What Time is It?

It cracks me up, this concept of Shakespeare and time.  It just doesn’t add up in some plays.  We’ll get to Romeo and Juliet in May of next year, but the same kind of time mix-up applies to The Comedy of Errors.

How long is it between the separation of the family and its reunion?

AS and DS make a decision at “eighteen years” (I.i.125) that they want to travel to find their brothers.  Egeon goes on his own quest, and he had been gone “five summers” (I.i.132).  Now, assuming Egeon left when the boys did, that would put us 23 years down the line (18 + 5 = 23).

However, Egeon tells AE (whom he believes is AS) that it’s been “seven years” (V.i.321) since they last saw each other in Syracuse.  OK, sure… maybe it took two years for Egeon to decide to join his son on the search for family.  So maybe we’re 25 years down the line (18 + 5 + 2 = 25).

BUT… Emilia (the Abbess) says it’s been “thirty-three years” (V.i.403).


It’s a conundrum.

Scansion, the meter, and a little knowledge (yeah, I know, a dangerous thing) to the rescue!

First of all, the little knowledge: the plays we have today are not definitive.  The early editions, while published before Shakespeare’s death, were not proofed by the author.  The post-death publication where authorized by the ownership of Shakespeare’s theatre group, the King’s Men, but they too had no editorial input from Shakespeare.  What we do have then is a mixture of written scripts, stage management and actor’s memory, distilled through literary editors throughout the intervening centuries…. in other words:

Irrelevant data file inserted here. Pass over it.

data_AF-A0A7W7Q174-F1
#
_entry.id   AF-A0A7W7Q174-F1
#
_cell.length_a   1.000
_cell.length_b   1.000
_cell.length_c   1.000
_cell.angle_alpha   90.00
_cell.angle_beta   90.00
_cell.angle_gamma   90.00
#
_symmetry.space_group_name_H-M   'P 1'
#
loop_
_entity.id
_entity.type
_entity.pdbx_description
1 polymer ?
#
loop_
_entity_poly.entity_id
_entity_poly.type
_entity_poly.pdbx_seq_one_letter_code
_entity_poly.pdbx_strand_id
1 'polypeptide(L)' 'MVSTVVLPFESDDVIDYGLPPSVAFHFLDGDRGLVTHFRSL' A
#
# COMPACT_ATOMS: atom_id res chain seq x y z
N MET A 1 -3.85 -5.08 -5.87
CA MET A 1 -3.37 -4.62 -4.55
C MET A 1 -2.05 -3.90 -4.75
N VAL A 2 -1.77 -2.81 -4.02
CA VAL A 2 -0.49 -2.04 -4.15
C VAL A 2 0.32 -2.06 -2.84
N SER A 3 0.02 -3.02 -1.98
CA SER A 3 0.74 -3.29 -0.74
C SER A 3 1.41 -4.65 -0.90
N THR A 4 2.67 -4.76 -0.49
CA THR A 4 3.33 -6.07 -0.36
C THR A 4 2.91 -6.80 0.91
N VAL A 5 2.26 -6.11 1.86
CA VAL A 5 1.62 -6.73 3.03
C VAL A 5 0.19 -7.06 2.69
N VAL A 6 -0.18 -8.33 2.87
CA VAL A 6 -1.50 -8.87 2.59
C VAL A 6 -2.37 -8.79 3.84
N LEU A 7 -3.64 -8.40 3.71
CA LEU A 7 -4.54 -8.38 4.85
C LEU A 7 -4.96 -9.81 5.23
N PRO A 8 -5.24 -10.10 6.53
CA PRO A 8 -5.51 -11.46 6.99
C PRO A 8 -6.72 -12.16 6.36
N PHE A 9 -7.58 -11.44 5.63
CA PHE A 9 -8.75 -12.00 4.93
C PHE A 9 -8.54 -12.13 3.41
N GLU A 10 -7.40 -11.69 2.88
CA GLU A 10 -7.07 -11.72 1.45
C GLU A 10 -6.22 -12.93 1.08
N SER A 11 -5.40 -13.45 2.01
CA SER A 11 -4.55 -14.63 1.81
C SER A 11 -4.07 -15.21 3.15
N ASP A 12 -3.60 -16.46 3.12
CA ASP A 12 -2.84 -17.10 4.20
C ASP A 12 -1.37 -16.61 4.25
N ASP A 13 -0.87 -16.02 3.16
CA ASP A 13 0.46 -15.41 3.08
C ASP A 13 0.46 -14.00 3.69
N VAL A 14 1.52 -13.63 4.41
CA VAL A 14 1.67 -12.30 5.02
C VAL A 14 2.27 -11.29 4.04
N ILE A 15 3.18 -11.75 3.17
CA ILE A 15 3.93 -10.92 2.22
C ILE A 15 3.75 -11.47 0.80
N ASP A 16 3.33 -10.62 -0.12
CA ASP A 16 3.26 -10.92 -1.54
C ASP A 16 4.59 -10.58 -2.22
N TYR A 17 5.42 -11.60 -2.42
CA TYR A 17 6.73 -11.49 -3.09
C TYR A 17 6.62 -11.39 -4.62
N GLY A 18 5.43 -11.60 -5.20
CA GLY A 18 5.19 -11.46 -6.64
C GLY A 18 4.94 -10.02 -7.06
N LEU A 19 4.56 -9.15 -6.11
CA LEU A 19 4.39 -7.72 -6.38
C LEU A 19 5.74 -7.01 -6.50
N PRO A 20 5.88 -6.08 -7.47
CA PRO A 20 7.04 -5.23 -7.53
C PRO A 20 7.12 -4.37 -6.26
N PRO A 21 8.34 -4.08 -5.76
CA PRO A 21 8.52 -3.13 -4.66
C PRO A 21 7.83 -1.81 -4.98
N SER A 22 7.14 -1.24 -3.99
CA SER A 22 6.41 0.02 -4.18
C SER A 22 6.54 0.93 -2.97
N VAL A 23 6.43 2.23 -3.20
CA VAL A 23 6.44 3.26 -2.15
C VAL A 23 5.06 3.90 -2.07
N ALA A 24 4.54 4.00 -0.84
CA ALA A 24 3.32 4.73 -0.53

so it’s OK to be dubious about certain words and passages.
Keep that in mind.

So let’s take a look at Egeon’s statement to AE:

But seven years since, in Syracusa, boy,
Thou know'st we parted...

— V.i.321-2

Look at that first line and try to scan it:

 x   / x    /     /     x  / x / x   /
But seven years since, in Syracusa, boy,

hmmm…. six stresses, five non-stressed, eleven syllables in the line… and the meter falls apart mid-line.

Let’s make a change:

 x   /      x    /     x  / x / x   /
But five years since, in Syracusa, boy,

And now, suddenly, it works as nice solid iambic pentameter (and now I see we’ll need to have THAT discussion sooner, rather than later).

So now, we’re left with a 23-year gap.  So how to reconcile Emilia’s statement:…

Thirty-three years have I but on in travail...

— V.i.321-2

Substitute “twenty” for “thirty” in the line, and the years add up, AND the line scans the same (the stressed first syllable of “twenty” matches the stressed first syllable of “thirty” so that the line’s opening foot is still a trochee–rather than an iamb–and the line still ends in a feminine ending… and we’re REALLY going to need to have that meter discussion soon).

Suffice to say, I think it’s been twenty-three years. Yes, you have to make two changes to the text… one’s textually supported elsewhere, the other supported both metrically and mathematically.  But it works.

Keep this in mind when we hit Romeo and Juliet next year…